Use this URL to cite or link to this record in EThOS: https://ethos.bl.uk/OrderDetails.do?uin=uk.bl.ethos.243370
Title: The contrast effect in judgments of physical attractiveness of self and others
Author: Dimitrakopoulos, Christos
ISNI:       0000 0001 3424 6111
Awarding Body: University of London
Current Institution: University College London (University of London)
Date of Award: 1996
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Abstract:
This thesis proposes that judgments of attractiveness are necessarily relativistic. The scope of investigation was the contrast effect in judgments of physical attractiveness of self and strangers. As it stands, the effect predicts that exposure to highly attractive individuals will make people rate their own attractiveness or the attractiveness of others as lower. On the other hand, exposure to unattractive individuals is expected to have the reverse effect. This thesis deals with a number of issues of the contrast effect in judgments of attractiveness which have until now remained unclarified or unexplored. The theoretical part of the thesis covers issues such as the general theories of context effects, specifying the conditions when contrast or the opposite effect, assimilation are predicted, the importance of physical attractiveness for humans, as well as conventional definitions of it, the influence of the media in shaping people's attractiveness standards, and the applicability of Social Comparison theory on some of the issues under investigation. The findings of the thesis indicated that the contrast effect in judgments of attractiveness of strangers is a robust effect with considerable cross-cultural and cross-situational generality. Based on the results, a hypothesis was formulated on how the number of attractive people one is exposed to affects their ratings of attractiveness of others. Furthermore, the similarity between the target and the primes was found to promote the effect, however, the specificity of this similarity extended only as far as the sex of the stimuli. In line with previous findings the evidence on the contrast effect on self-ratings of attractiveness proved equivocal. The thesis tested two likely factors of this elusiveness and obtained encouraging data from one of them. Finally, the ubiquitous aim of the current work to test the ecological validity of the contrast effect in judgments of attractiveness placed the importance of the phenomenon in perspective.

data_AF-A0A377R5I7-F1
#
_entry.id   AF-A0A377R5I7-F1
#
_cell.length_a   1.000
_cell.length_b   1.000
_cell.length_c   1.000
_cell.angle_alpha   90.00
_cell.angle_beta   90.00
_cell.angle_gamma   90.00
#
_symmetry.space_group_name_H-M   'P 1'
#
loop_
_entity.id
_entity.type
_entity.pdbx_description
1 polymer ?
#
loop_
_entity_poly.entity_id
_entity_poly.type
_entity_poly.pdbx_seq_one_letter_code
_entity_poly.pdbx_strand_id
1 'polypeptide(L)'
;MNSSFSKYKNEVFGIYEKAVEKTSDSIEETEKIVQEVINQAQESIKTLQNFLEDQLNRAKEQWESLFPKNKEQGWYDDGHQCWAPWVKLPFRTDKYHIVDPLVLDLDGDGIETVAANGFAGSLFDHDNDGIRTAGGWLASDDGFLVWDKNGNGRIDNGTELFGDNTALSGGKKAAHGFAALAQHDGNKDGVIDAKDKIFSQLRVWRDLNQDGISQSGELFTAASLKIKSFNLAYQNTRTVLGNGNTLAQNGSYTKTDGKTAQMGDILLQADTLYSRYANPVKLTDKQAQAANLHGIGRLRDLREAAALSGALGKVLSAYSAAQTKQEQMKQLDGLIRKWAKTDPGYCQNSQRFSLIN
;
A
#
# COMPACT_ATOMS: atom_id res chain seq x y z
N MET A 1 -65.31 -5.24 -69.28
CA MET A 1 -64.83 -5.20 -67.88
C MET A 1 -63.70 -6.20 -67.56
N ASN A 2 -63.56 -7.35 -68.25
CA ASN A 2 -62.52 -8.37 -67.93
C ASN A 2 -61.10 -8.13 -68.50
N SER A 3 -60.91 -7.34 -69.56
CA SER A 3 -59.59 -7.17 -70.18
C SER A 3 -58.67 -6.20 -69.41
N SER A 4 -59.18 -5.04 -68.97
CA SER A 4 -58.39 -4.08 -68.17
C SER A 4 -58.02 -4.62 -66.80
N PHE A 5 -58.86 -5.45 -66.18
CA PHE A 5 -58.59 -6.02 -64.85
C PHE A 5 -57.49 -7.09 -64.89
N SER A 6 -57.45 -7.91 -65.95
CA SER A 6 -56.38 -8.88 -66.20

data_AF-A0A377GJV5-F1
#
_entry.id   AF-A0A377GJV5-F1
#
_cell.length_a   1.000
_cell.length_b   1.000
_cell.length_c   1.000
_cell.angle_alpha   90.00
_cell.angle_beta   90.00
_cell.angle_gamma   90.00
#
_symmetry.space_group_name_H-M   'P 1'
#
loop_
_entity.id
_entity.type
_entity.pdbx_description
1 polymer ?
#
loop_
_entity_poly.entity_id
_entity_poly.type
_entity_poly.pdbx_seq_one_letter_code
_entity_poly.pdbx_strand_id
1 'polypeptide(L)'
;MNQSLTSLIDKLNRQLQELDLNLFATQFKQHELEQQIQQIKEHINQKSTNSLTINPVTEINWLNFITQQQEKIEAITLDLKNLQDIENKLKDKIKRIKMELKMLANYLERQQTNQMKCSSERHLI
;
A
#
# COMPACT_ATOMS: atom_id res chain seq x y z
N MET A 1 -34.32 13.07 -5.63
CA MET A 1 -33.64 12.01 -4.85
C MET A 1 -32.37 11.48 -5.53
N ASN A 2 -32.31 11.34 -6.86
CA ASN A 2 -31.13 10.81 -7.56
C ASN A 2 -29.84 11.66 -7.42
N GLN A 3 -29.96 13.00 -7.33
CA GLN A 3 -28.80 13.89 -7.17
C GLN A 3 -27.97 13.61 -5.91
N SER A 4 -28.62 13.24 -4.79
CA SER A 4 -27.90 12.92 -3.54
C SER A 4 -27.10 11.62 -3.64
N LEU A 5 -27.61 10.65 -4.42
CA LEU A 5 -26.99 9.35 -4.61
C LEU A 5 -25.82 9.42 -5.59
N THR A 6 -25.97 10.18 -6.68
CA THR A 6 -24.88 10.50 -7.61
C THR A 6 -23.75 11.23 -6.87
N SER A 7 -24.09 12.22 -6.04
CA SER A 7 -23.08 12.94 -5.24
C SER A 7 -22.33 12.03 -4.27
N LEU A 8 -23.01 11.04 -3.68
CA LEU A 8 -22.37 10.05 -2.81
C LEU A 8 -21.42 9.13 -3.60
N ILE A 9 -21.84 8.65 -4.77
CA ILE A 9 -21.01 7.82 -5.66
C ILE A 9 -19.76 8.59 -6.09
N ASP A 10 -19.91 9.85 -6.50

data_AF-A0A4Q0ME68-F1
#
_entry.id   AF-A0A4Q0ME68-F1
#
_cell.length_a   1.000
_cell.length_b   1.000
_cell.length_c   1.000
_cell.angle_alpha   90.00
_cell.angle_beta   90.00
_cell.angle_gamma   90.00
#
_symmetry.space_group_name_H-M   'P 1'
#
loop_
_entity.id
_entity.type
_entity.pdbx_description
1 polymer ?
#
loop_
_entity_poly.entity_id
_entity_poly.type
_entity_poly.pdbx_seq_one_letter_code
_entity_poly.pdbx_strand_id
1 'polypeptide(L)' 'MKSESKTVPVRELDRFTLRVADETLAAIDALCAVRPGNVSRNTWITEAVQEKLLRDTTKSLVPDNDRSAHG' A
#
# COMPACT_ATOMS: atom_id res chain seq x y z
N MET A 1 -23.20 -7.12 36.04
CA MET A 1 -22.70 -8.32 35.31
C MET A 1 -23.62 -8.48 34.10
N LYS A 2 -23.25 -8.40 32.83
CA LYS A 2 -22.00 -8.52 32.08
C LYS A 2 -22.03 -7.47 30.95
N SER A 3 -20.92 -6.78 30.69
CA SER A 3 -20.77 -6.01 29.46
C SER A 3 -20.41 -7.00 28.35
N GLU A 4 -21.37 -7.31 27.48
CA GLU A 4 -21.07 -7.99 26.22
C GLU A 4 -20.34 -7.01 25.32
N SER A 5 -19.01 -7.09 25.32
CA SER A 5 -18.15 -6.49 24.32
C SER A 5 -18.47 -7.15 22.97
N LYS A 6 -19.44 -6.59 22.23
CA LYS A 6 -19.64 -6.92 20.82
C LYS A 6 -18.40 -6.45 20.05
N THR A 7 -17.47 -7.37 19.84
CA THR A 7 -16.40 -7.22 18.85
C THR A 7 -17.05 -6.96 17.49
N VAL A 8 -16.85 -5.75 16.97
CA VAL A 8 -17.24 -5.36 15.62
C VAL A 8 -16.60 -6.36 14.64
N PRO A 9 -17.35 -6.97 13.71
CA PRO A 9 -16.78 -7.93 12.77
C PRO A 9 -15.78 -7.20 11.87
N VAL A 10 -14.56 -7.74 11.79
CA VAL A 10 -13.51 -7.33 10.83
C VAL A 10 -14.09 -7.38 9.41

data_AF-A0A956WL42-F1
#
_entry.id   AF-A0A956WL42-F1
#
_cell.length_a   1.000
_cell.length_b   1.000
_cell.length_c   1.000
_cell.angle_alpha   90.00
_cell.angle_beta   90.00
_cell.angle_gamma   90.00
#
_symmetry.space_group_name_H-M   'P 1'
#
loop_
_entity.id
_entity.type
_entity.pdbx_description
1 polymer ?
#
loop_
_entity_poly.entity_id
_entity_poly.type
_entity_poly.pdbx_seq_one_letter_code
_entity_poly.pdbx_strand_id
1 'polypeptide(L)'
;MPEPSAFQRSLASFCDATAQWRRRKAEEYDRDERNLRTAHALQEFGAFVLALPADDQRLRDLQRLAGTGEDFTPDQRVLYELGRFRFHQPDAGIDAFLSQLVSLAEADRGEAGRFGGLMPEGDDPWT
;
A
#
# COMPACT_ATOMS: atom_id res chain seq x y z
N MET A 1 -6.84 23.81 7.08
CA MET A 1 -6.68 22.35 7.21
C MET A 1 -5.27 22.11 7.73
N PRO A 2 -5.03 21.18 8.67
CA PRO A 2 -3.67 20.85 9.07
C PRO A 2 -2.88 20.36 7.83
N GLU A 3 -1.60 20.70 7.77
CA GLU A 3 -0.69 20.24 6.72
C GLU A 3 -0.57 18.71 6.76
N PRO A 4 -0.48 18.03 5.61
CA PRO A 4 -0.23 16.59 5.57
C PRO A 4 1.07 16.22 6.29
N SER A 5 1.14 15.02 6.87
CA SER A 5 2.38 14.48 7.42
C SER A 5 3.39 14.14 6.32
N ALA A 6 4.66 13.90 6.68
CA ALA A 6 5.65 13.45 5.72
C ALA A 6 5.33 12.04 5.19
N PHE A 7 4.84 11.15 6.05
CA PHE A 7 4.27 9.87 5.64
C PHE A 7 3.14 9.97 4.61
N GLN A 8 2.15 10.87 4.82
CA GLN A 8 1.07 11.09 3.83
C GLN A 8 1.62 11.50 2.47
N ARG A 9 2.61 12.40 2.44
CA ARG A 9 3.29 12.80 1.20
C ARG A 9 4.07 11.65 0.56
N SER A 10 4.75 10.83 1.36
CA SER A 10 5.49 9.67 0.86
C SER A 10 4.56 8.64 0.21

Supervisor: Not available Sponsor: Not available
Qualification Name: Thesis (Ph.D.) Qualification Level: Doctoral
EThOS ID: uk.bl.ethos.243370  DOI: Not available
Keywords: Psychology
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